Arm Problems Aren't Just a Worry for Old Ball Players

The Athens (Ohio) News—October 24, 2008

Brian Conway was tough to hit.

With a good fastball and pitching repertoire full of curveballs and sliders, Conway dazzled opposing hitters during his days in Little League Baseball.

As a teenager, he made the most of his talent. Conway played for two travel baseball teams and pitched almost every day in the summer before high school.

He was the star, and he didn't want to let down his teammates.

"Of course, being so young I was attracted to that feeling of being the star," said Conway, of Queens, N.Y. "That was my biggest mistake, feeling that I had to please both coaches, both teams, and not really looking out for myself in the long run."

By end of the summer, Conway's arm ached every time he threw. The injury that started as a twinge had become unbearable.

The pain in his elbow was too much to ignore, and something had to be done if he wanted to continue playing baseball.

So as a 14-year-old high-school freshman, before he even threw a pitch for his high-school team, Conway had reconstructive elbow surgery.

His story is not unusual. Recent studies show more young baseball players are having Tommy John surgery than ever before.

The operation, named after the L.A. Dodgers pitcher who first had it in 1974, replaces a damaged elbow ligament (ulnar collateral ligament) with a tendon from elsewhere in the person's body.

The procedure was once reserved for Major League pitchers, but has now become increasingly common in teenage pitchers. That fact has alarmed some doctors.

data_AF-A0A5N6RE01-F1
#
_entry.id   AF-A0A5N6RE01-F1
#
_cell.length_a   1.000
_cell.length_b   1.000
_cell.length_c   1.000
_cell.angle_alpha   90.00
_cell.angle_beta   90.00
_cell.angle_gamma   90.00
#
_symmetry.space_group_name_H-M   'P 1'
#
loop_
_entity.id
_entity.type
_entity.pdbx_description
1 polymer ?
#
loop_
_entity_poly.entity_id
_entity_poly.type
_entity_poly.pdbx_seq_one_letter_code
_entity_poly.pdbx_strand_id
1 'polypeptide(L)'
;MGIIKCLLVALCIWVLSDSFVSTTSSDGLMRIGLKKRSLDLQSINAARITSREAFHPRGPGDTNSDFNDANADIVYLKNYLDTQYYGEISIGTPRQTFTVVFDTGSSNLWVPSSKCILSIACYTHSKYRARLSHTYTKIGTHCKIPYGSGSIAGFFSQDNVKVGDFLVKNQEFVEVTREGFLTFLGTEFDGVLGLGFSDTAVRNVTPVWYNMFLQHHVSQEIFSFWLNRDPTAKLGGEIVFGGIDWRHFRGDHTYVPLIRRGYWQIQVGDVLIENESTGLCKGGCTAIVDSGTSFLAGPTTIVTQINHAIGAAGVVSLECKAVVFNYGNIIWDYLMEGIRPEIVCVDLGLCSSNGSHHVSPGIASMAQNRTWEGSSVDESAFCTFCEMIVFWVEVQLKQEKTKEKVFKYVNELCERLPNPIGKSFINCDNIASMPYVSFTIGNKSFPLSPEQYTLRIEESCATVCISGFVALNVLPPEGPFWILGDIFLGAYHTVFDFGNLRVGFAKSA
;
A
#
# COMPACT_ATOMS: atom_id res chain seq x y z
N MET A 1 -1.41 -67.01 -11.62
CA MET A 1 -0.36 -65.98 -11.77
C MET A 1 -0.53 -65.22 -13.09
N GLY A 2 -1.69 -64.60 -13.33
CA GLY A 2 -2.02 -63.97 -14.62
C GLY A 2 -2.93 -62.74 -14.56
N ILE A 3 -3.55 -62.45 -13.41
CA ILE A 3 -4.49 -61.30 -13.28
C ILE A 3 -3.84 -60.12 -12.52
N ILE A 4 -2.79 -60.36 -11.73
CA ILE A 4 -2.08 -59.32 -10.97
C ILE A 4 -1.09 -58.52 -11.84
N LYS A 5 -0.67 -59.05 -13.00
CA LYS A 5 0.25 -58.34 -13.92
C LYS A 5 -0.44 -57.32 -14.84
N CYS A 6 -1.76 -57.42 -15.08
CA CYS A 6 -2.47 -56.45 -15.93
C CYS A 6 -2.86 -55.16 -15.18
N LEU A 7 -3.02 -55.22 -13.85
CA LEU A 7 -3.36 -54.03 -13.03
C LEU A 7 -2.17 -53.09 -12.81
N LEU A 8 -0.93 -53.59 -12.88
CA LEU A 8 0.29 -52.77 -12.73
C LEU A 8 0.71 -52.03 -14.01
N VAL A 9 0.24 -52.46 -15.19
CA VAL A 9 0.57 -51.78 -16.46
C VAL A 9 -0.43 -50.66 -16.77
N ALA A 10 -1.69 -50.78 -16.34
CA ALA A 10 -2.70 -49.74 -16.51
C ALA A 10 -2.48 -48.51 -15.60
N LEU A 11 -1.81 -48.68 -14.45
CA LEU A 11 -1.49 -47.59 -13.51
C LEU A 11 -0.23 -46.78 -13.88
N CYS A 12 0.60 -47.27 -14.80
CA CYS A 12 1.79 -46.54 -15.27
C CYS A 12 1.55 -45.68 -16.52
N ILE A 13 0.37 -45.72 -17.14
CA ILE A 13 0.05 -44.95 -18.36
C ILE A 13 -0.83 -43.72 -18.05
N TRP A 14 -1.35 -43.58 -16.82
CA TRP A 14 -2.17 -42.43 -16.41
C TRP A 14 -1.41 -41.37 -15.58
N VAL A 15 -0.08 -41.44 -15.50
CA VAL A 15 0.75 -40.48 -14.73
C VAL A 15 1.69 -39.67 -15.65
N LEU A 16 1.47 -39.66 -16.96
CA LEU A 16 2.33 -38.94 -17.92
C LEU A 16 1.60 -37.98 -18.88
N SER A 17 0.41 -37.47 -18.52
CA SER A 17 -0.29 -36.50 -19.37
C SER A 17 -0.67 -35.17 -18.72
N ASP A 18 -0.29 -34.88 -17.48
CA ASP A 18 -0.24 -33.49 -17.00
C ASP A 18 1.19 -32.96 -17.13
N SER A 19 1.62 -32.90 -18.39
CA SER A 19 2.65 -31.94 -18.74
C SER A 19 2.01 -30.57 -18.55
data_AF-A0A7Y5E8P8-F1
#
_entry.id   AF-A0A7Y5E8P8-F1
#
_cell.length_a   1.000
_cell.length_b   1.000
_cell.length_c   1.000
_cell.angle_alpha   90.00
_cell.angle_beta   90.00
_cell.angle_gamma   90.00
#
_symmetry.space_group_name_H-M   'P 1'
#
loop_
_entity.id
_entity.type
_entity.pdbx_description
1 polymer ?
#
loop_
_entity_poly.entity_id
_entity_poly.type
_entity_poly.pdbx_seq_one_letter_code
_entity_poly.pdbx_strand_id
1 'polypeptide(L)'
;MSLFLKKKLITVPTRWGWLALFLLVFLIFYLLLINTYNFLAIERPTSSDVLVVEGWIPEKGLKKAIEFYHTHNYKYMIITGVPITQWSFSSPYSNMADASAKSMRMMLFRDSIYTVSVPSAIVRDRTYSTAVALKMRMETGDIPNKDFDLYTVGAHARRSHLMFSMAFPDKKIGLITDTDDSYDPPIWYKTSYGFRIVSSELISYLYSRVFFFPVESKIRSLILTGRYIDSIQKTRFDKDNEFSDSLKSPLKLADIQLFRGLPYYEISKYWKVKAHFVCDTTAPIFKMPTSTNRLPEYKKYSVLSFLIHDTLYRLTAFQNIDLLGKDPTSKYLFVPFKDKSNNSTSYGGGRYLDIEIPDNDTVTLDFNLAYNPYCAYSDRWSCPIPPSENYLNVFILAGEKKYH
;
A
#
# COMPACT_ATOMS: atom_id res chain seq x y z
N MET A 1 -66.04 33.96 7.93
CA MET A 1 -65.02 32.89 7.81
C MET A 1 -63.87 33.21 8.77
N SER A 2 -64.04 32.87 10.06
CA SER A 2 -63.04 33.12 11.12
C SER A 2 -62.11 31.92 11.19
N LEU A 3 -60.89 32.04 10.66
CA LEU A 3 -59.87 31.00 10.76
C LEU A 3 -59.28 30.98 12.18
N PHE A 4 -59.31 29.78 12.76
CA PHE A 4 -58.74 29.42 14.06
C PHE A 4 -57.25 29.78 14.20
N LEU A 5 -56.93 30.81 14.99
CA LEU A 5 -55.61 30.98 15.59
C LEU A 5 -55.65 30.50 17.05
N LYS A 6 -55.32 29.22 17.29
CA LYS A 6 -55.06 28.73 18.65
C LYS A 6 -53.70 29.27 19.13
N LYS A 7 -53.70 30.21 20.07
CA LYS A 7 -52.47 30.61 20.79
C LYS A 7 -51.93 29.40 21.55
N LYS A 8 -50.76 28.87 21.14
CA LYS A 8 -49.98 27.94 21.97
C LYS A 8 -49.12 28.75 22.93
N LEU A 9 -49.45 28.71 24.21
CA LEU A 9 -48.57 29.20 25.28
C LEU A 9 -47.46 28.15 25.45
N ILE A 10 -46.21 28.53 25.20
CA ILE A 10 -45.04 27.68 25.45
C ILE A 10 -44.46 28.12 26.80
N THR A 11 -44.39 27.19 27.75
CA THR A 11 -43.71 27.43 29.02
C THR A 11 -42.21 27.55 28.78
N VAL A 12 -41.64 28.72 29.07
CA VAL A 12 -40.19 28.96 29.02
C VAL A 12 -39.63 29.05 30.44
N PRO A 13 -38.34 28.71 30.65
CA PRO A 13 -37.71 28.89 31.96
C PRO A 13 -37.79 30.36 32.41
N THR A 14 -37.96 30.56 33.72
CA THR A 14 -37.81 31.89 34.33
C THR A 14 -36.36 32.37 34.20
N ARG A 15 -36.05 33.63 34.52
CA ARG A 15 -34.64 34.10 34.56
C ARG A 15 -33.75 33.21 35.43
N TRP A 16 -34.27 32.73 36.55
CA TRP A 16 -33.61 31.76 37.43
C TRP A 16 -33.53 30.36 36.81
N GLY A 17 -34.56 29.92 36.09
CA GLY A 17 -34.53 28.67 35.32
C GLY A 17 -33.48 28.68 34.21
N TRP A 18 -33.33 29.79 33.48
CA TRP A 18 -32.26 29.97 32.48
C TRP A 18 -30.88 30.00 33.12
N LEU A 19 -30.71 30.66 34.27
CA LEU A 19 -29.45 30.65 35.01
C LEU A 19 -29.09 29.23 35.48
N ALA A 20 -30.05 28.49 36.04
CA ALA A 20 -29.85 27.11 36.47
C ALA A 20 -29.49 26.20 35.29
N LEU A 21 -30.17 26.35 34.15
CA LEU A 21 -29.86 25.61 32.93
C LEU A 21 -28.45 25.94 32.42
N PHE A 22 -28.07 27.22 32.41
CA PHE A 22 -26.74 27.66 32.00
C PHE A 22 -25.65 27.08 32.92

"It used to be extremely rare where you would be (performing surgery) on 15- and 16-year-olds," said Dr. Joshua S. Dines, a sports medicine physician with Hospital for Special Surgery in New York.  "But now, unfortunately, they are using the term epidemic."

Conway's story is a cautionary tale for young pitchers filled with talent.

The best players on the team, usually a pitcher, often have the most arm trouble because they get overworked, Dr. Dines said.

In dealing with these injuries, most doctors have identified overuse as the common theme. Players throw year-round, and rarely give themselves adequate rest in between outings, physicians said.

"You talk to some of these people, and the only time they aren't throwing is the week between Christmas and New Year's," Dines said.

Other risk factors Dines identified include inadequate warmups and throwing breaking balls at a young age.

Recovery time is nine months to a year, Dines said, and sitting out an entire season at a young age is difficult to overcome. Even with the structured physical therapy post-operation, some players never come back as the same pitcher.

Read the full story at athensnews.com.

^ Back to Top
Request an Appointment